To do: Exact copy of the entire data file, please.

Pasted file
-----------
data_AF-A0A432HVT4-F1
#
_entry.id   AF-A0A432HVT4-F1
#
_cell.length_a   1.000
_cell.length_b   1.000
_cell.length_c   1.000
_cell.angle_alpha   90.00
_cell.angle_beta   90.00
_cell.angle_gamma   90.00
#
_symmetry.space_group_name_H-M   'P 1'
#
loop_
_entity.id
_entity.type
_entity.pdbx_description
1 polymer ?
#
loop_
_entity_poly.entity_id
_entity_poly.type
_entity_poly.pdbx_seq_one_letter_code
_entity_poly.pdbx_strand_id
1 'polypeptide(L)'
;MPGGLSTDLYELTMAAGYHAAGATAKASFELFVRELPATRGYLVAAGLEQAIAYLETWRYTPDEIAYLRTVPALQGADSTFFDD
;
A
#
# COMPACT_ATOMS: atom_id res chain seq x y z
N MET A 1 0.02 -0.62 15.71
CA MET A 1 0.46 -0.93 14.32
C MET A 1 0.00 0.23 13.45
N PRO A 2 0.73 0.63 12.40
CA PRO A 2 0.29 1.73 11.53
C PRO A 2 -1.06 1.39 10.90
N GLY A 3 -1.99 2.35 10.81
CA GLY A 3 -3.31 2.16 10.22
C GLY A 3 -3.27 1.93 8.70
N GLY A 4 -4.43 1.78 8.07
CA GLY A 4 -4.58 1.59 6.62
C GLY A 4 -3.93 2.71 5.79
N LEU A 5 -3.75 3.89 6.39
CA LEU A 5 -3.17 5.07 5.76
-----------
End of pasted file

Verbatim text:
data_AF-A0A432HVT4-F1
#
_entry.id   AF-A0A432HVT4-F1
#
_cell.length_a   1.000
_cell.length_b   1.000
_cell.length_c   1.000
_cell.angle_alpha   90.00
_cell.angle_beta   90.00
_cell.angle_gamma   90.00
#
_symmetry.space_group_name_H-M   'P 1'
#
loop_
_entity.id
_entity.type
_entity.pdbx_description
1 polymer ?
#
loop_
_entity_poly.entity_id
_entity_poly.type
_entity_poly.pdbx_seq_one_letter_code
_entity_poly.pdbx_strand_id
1 'polypeptide(L)'
;MPGGLSTDLYELTMAAGYHAAGATAKASFELFVRELPATRGYLVAAGLEQAIAYLETWRYTPDEIAYLRTVPALQGADSTFFDD
;
A
#
# COMPACT_ATOMS: atom_id res chain seq x y z
N MET A 1 0.02 -0.62 15.71
CA MET A 1 0.46 -0.93 14.32
C MET A 1 0.00 0.23 13.45
N PRO A 2 0.73 0.63 12.40
CA PRO A 2 0.29 1.73 11.53
C PRO A 2 -1.06 1.39 10.90
N GLY A 3 -1.99 2.35 10.81
CA GLY A 3 -3.31 2.16 10.22
C GLY A 3 -3.27 1.93 8.70
N GLY A 4 -4.43 1.78 8.07
CA GLY A 4 -4.58 1.59 6.62
C GLY A 4 -3.93 2.71 5.79
N LEU A 5 -3.75 3.89 6.39
CA LEU A 5 -3.17 5.07 5.76